Also listed by Forbes was Anne Wojcicki, CEO and founder of 23andMe, a personal genomics and biotechnology company. Wojcicki’s net worth of $1.1 billion puts her in the 25th position, according to Forbes.
“I think that what will happen is that a few of them will do very well. And the majority of them won’t. “It’s not us as much as the health systems who have to respond to the patient saying, ‘Send my data here,’ or ‘Send my data there,’” Faulkner told Forbes.
Bio-Rad’s Alice Schwartz an IVD ‘Pioneer’
As Faulkner rose to prominence in healthcare IT, Alice Schwartz of Bio-Rad Laboratories found massive success in the in vitro diagnostics industry.
She and her late husband, David, started Bio-Rad with $720 in 1952 in Berkeley, Calif. They were intent on offering life science products and services aimed at identifying, separating, purifying, and analyzing chemical and biological materials, notes the company’s website.
Bio-Rad Laboratories (NYSE:BIO and BIOb) of Hercules, Calif., offers life science research and clinical diagnostic products. The company’s second quarter (Q2) 2021 net sales were $715.9 million, an increase of about 33% compared to $536.9 million in Q2 2020, according to a news release. Its Clinical Diagnostics segment Q2 sales were $380 million, an increase of 34% compared to 2020.
Norman Schwartz, the founders’ son, is Bio-Rad’s Chairman of the Board,
President, and CEO. However, at age 94, Alice Schwartz, the oldest person on Forbes’ richest self-made women list, “has no sign of stopping soon,” IBT reported.
Lists are fun. Medical laboratory and diagnostics professionals may admire such foresight and perseverance. Judith Faulkner and Alice Schwartz are extraordinary examples of innovative thinkers in healthcare. There are others—many in clinical laboratories and pathology groups.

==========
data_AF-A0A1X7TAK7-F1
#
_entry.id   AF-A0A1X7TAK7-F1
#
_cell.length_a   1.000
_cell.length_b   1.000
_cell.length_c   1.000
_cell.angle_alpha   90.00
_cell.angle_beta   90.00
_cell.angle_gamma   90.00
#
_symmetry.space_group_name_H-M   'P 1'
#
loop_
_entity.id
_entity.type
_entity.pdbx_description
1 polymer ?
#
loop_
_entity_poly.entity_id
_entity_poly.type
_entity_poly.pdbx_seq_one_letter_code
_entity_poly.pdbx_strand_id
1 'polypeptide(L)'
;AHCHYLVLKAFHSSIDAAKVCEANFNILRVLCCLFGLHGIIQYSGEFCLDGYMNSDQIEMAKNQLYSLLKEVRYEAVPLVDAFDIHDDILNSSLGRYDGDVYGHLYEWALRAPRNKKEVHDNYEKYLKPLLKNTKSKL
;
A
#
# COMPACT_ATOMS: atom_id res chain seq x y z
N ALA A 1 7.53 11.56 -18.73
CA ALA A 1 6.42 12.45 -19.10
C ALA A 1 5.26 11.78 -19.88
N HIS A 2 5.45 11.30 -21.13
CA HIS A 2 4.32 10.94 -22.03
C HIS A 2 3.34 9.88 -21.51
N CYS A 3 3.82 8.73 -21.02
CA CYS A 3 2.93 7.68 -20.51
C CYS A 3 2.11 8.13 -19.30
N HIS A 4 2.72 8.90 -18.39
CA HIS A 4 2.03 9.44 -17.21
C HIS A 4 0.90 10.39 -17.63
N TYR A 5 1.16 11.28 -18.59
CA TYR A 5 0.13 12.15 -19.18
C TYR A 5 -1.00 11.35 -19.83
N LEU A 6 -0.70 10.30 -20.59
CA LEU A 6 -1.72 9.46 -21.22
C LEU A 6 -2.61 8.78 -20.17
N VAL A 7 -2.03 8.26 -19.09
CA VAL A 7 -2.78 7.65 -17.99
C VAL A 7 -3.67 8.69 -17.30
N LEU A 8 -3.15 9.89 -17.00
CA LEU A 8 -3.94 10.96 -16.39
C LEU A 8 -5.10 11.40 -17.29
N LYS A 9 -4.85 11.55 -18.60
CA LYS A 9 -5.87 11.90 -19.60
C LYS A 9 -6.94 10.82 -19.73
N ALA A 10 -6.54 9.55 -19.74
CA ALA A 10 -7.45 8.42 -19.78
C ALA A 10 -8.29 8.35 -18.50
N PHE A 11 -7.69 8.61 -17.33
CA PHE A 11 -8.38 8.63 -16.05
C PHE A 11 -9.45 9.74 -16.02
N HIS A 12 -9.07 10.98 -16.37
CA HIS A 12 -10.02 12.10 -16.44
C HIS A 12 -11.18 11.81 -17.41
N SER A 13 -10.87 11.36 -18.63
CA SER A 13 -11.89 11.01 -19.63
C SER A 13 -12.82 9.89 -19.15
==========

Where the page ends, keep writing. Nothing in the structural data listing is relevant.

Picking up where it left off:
GE’s Acquisition Considered A Sign Of More Deals To Come In The Clinical Laboratory Industry
Here’s more confirmation that anatomic pathology continues to be a big target on the radar screen of big healthcare corporations and Wall Street investors. Today, GE Healthcare, a unit of General Electric Company (NYSE: GE), disclosed it will pay $587 million to acquire Clarient, Inc. (NASDAQ: CLRT), the medical testing laboratory.
For pathologists and clinical laboratory managers, this is further confirmation that GE—one of the world’s major players in molecular imagin and radiology—intends to combine molecular diagnostic technologies used in anatomic pathology with its molecular imaging technologies used in radiology. In the press release about the acquisition, GE wrote that the addition of Clairent would help it create “new integrated tools for the diagnosis and characterization of cancer.”
Should Thermo Fisher acquire Millipore, or should Millipore find another buyer, it will mean the same thing: more consolidation among vendors who are major suppliers for clinical pathology laboratories. This would continue a global consolidation trend among clinical laboratory suppliers and in vitro diagnostics (IVD) manufacturers that reaches back more than a decade and a half.
Digital Pathology Imaging: Coming Soon to a Pathology Group near You!
Will pathologists soon say “sayonara” to glass slides? Plenty of smart money already bets the answer to that question is “yes”! Every pathologist in the United States and abroad should be watching developments in whole slide imaging and digital pathology systems. That’s because digital pathology imaging is a trend with momentum-and it also has the potential to be disruptive, although probably not in the short term.